The residents who live in Mather communities value art, and in many cases have been art collectors throughout their lives, Leary says. That’s wound up benefiting Mather LifeWays communities in the long run.

“Our residents have been very generous in donating art, or loaning art for everyone to see, as opposed to keeping it in their apartment,” Leary explains.

The Mather is currently displaying “a beautiful, handmade tapestry” given to a resident by the Dalai Lama, who recognized her for her work at the United Nations’ Special Sessions on Disarmament and as co-chair of Americans for the SALT Treaty, Leary says.

Dharmakaya tapestry from the Dalai Lama
Dharmakaya tapestry from the Dalai Lama

A different couple at The Mather donated a sculpture by Richard Hunt, a sculptor from Chicago, that is currently located in the community’s garden.

At The Mather, there’s “a gateway gallery” that connects two buildings 30 feet below the water table of Lake Michigan. The gallery displays resident art, as well as historical art and artifacts, including stained glass windows. The Clare has something similar: an art gallery that showcases pieces created by residents for weeks or months at a time.

'After the Flood, Before the Fire' by Richard Hunt
‘After the Flood, Before the Fire’ by Richard Hunt

Mather Place of Wilmette, an independent living community in the northern Chicago suburb of Wilmette, has a water droplet photograph by 102-year-old Splendido resident Irving Olson on display. It took Olson, who has been taking pictures for 90 years, three years to perfect his technique of photographing the droplets.

Mather LifeWays has also been known to display the work of residents’ family members. A glass “bubble” wall, which residents pass as they enter The Mather’s spa area, was hand-forged by a resident’s daughter, Leary says.

Photograph by Irving Olson
Photograph by Irving Olson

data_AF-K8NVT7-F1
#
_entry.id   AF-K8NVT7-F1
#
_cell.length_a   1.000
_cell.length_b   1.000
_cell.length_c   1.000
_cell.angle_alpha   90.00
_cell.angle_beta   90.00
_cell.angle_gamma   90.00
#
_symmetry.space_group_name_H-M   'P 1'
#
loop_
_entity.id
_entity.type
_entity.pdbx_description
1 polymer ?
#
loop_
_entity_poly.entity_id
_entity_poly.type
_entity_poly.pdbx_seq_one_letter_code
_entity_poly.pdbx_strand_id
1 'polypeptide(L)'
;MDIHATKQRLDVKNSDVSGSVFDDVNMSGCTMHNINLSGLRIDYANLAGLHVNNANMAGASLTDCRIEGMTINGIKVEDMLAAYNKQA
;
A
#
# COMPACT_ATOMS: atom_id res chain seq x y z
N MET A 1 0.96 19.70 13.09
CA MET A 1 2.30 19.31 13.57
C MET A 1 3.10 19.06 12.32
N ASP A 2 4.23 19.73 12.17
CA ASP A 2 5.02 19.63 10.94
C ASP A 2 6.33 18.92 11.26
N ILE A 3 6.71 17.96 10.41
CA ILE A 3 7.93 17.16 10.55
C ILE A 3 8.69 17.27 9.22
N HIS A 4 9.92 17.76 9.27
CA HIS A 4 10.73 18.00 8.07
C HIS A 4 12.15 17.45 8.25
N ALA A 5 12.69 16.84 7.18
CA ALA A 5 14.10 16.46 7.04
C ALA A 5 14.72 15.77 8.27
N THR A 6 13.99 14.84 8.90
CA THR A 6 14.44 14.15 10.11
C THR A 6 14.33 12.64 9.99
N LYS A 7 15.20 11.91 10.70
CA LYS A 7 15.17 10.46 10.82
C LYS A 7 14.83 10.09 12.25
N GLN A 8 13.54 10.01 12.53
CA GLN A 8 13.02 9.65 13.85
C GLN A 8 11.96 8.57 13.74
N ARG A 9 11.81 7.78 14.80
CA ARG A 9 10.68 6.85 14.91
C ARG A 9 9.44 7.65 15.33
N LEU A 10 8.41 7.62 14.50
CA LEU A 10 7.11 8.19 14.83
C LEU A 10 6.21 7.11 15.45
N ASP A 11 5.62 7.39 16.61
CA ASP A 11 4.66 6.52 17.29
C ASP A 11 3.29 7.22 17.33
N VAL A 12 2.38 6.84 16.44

3. Make sure that the art carries through the entire community, especially to the care settings.

Indoors, Mather LifeWays incorporates art into nearly everything—there’s art in the furnishings, fixtures, window treatments and floors, Leary says. At The Mather in Evanston, there are Thai silk window treatments and a “Chinese cloud” patterned carpet, for instance.

That same attention to artistic detail can be found outdoors, as well.

Several sculptures that have been gifted to Mather LifeWays communities are now on display in outdoor spaces, Leary says. This is especially true at Splendido, where 1% of the construction budget had to be allocated to public art that the community at large could come and see.

“More and more municipalities are requiring public art to be displayed in new developments, and Splendido had a public art requirement when we developed the community,” Leary explains. In response, the company chose to emphasize art that could be seen from the outside of its Tucson community—including the “Land Buoy” sculpture.

The Clare’s location one block off of Chicago’s Michigan Avenue “was a constant conversation” during the community’s renovation, Exline says, which led to the community’s finishes, fixtures—“everything”—being taken into careful consideration.

That’s something all providers can do to make their community complete.

Written by Mary Kate Nelson